Other than that one item though, we found the pricing for ‘enhancements’ to be very fair. Because they’re subject to change, I don’t want to get into particular numbers here, but I’d say they were right in line with what you’d pay for enhancements at any wedding venue. It helped that we weren’t interested in the ‘Disney-themed’ options, of course. Things like the Cinderella Castle Photo shoot and having the Carriage and characters at your wedding are the most deluxe and exclusive (and expensive) enhancements that Disney has to offer--- they’re THE reason many couples choose a Disney wedding. Keeping to our non-Disney theme had the unintended consequence of being a very frugal choice!

That’s not to say we didn’t have outlandish ideas. I’d always wanted to have Bubble tea and Mochi Ice cream at my wedding (which we discussed with the culinary team), and professional dancers… this one took a little explaining. What I had in mind was one or two classically trained dancers who would mingle with guests and dance with the singletons. As a super-shy socially-anxious person I always wished for something like this at the weddings I attended. I thought it would be super fun and set folks at ease / get people dancing if there was someone there to kind of teach them how. Look, we don't all know how to dance at weddings, OK? Disney offers an enhancement where you have actors arrive pretending to be lost tourists (yes, that’s a real thing!) and it has rave reviews, so I explained what I was envisioning basically as the same as that… but with dancing. A friend later summarized it as “Like the employees at the resort in ‘Dirty Dancing’ are supposed to be doing when they’re not having secret dance party in the employee lounge?” Yes, exactly! 

I’d also been wanting to have a silhouette artist here in Michigan for one of the girls’ birthday parties, which I never was able to coordinate due to the absolute lack of silhouette artists in Michigan. For the wedding, I thought that that would be a nice ‘bookish’ alternative to the more common cartoonist that you find at weddings, and of course Disney employs a team of silhouette artists in their parks! These specialty enhancements were all things that our wedding planner needed to put together custom estimates for.

Less glamorously, during the planning session we also sorted out our transportation plan. Disney offers vintage cars for the wedding couple, as well as ‘complimentary’ (the couple pays for it) bus transportation for guests from the select room blocked resorts to the wedding, and then from the wedding to the reception and so on. Our wedding planner seemed to think we needed a small fleet of vehicles, but I was skeptical.

Disney also provides photography and videography service. Our photography package choice was ultimately based on the number of hours of coverage we needed (because of our dessert party), not so much on the goodies. That said, the photography packages include a number of goodies, including complimentary theme park photo shoot and lots and lots of albums. We have a close friend who is a very successful wedding photographer in the metro Detroit area and Disney’s packages were actually less than what he charges. A really great value, and the peace of mind knowing you don’t have a manage yet another subcontractor yourself.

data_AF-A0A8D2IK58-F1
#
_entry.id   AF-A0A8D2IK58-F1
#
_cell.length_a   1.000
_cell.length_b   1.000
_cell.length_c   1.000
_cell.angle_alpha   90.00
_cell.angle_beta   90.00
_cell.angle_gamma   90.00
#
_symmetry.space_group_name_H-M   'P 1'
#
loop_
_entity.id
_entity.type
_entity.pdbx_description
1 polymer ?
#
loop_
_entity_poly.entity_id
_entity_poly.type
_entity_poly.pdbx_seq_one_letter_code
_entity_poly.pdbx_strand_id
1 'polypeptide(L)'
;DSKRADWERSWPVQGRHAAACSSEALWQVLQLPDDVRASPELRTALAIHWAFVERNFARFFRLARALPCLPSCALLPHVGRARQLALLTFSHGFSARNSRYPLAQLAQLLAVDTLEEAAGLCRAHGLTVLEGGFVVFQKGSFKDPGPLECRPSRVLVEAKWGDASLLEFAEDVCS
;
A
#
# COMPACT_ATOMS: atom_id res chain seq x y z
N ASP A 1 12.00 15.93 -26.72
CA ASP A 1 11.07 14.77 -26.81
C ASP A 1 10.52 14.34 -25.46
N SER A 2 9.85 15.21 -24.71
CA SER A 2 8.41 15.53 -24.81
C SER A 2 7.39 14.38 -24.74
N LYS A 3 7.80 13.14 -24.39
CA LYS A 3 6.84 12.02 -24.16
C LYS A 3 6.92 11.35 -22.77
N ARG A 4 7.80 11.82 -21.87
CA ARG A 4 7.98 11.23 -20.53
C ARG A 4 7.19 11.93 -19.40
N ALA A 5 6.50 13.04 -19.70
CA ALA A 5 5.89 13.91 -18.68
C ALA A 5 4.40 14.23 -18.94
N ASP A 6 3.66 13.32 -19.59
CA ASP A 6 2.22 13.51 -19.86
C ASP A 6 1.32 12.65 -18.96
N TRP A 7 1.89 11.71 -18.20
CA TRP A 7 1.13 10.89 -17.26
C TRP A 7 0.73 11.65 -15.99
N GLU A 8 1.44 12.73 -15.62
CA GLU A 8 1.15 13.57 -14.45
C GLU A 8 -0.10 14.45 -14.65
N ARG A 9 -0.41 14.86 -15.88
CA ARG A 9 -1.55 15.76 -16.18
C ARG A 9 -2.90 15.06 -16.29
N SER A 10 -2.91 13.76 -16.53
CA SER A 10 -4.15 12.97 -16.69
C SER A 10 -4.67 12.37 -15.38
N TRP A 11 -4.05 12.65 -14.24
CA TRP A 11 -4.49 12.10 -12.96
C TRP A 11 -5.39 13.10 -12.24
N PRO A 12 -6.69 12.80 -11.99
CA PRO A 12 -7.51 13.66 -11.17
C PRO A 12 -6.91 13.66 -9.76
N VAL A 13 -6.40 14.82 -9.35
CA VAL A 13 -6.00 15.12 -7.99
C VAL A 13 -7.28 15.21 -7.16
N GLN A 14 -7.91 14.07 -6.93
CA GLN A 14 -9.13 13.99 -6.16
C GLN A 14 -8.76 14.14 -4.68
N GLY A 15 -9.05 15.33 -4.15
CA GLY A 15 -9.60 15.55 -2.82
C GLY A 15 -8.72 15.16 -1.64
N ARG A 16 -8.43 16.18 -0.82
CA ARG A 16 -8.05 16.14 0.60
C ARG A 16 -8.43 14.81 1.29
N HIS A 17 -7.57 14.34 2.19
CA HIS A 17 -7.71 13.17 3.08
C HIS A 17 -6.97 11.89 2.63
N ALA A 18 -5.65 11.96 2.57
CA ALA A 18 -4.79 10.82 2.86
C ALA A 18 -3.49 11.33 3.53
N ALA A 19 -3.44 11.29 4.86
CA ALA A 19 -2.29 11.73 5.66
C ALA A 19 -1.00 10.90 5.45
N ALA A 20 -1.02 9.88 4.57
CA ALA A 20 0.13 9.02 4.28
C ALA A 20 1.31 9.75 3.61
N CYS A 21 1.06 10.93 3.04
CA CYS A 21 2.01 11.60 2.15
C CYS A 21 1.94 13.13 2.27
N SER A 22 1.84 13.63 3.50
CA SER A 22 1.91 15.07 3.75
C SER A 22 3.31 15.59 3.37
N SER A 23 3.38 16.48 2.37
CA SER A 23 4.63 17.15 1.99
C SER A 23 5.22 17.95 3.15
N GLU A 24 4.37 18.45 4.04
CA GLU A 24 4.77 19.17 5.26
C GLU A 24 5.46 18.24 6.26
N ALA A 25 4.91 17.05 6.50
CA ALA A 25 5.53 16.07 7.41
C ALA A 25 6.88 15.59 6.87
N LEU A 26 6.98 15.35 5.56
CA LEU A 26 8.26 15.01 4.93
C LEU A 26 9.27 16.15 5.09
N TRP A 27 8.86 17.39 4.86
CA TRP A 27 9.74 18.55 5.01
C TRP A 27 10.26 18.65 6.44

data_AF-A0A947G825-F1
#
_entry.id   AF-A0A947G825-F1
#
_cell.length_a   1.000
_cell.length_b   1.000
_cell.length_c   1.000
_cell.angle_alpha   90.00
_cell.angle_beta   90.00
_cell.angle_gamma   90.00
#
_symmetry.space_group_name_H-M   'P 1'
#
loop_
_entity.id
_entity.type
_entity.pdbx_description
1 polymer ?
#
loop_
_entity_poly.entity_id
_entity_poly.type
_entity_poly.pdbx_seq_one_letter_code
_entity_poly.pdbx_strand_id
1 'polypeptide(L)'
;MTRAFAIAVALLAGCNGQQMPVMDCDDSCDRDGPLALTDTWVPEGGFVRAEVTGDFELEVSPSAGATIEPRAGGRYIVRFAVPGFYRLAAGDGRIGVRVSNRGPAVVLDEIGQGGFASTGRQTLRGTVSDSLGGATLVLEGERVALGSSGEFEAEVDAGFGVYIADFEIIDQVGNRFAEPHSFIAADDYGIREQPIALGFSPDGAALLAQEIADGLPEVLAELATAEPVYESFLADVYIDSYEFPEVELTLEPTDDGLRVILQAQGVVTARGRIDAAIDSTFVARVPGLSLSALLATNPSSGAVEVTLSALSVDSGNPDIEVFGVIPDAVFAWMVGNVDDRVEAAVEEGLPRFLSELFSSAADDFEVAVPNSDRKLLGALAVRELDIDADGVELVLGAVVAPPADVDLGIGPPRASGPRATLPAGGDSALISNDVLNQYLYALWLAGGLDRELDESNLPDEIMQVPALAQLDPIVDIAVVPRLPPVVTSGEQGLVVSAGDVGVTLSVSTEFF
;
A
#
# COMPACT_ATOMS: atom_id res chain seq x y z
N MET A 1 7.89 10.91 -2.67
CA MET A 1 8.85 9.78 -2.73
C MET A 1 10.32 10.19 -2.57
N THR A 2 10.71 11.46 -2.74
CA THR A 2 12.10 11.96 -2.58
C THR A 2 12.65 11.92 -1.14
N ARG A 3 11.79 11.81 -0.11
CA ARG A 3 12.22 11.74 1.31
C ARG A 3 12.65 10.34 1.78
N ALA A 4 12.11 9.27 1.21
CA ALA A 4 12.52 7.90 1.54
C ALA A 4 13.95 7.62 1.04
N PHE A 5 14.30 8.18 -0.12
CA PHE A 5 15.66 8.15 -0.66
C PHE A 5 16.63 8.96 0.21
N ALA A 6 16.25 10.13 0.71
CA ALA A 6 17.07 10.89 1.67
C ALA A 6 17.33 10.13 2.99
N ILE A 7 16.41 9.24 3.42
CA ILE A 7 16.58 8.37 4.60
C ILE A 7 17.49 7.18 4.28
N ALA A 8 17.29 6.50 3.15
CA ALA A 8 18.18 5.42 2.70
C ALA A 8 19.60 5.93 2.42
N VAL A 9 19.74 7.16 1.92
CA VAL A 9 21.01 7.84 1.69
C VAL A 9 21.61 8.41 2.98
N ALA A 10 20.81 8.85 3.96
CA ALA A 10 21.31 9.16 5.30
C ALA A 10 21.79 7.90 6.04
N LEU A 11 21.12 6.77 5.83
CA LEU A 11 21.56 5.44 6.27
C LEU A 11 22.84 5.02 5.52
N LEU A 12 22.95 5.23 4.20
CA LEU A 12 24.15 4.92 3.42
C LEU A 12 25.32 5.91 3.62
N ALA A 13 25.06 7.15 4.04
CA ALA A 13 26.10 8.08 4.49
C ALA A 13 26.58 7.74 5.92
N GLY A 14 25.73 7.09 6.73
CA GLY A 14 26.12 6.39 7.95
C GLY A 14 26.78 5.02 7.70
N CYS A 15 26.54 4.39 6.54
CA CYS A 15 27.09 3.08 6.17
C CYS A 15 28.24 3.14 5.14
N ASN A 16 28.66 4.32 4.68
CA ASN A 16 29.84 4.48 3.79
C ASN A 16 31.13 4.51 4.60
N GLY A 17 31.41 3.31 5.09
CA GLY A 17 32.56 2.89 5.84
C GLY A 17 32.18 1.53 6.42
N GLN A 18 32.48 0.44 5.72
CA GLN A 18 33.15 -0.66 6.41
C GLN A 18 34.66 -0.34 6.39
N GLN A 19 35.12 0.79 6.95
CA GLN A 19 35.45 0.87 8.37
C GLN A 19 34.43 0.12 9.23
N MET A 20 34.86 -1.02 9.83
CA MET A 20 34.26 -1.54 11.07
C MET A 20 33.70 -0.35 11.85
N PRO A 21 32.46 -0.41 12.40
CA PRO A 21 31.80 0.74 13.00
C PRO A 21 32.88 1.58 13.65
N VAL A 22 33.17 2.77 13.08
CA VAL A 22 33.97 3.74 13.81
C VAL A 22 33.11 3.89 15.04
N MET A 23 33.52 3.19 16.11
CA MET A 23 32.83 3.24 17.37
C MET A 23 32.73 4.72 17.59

The cake tasting took place at Franck’s a few hours into our overall planning visit, which was good because I hadn’t grabbed breakfast that morning and by the time the tray with little slivers of cake appeared I was famished. (After we made our choices, I unashamedly polished off the rejects!)

Look at these delicious slices of sugary goodness? Honestly, how can you choose just one? It was hard to pick just two!

For cakes we tasted: Yellow, Chocolate, Almond, and Red Velvet.

For Fillings/Frosting we tasted: White Chocolate Mousse, Amaretto Mousse, Buttercream, and Strawberry Jam.

All of Disney’s desserts are top-notch, and the pricing again is in line with what you’d expect to pay in any metro area. At the planning session we chose the Almond cake AND Red Velvet cake in alternating tiers, and we worked with the bakery team to come up with a design later via email. 




After the cake tasting, we met with our floral coordinator who went through the enhancement options venue-by-venue. We have in total 5 venues as part of our wedding weekend that potentially could have floral enhancements, so there was a lot to cover. We decided to go with standard tables at our rehearsal dinner and farewell brunch, as those two venues don’t “need” any enhancement, in my opinion.

The decorations in the wedding pavilion when we saw it on our site visit.

The decorations in the wedding pavilion when we saw it on our site visit.

For the ceremony we talked about swagging and floral that could be reused at the dessert party, but didn’t want an aisle runner. I even asked whether the floral coordinator could put together something like drapery to cover the big picture window overlooking Cinderella’s castle, and the Disney emblems on the arches at the wedding pavilion. To her credit, she didn’t miss a beat at these requests!

It's a lovely Disney view, but not what I had in mind for our wedding. And the logo on the arches irritates the graphic designer inside me. It makes me think of Venn diagrams, and that makes me think of work, and I don't want to be thinking about work at the wedding!

For the reception we went through piles of fabric swatches. It was really a handicap that I hadn’t picked out my bridesmaids dresses yet, and so if I was giving out advice I’d say 100% have your bridesmaids dresses picked out BEFORE your planning visit so you can match. It would have made things so much easier! Ultimately, after I had picked out the dresses, I mailed a swatch off to our coordinator and she was able to find the closest match.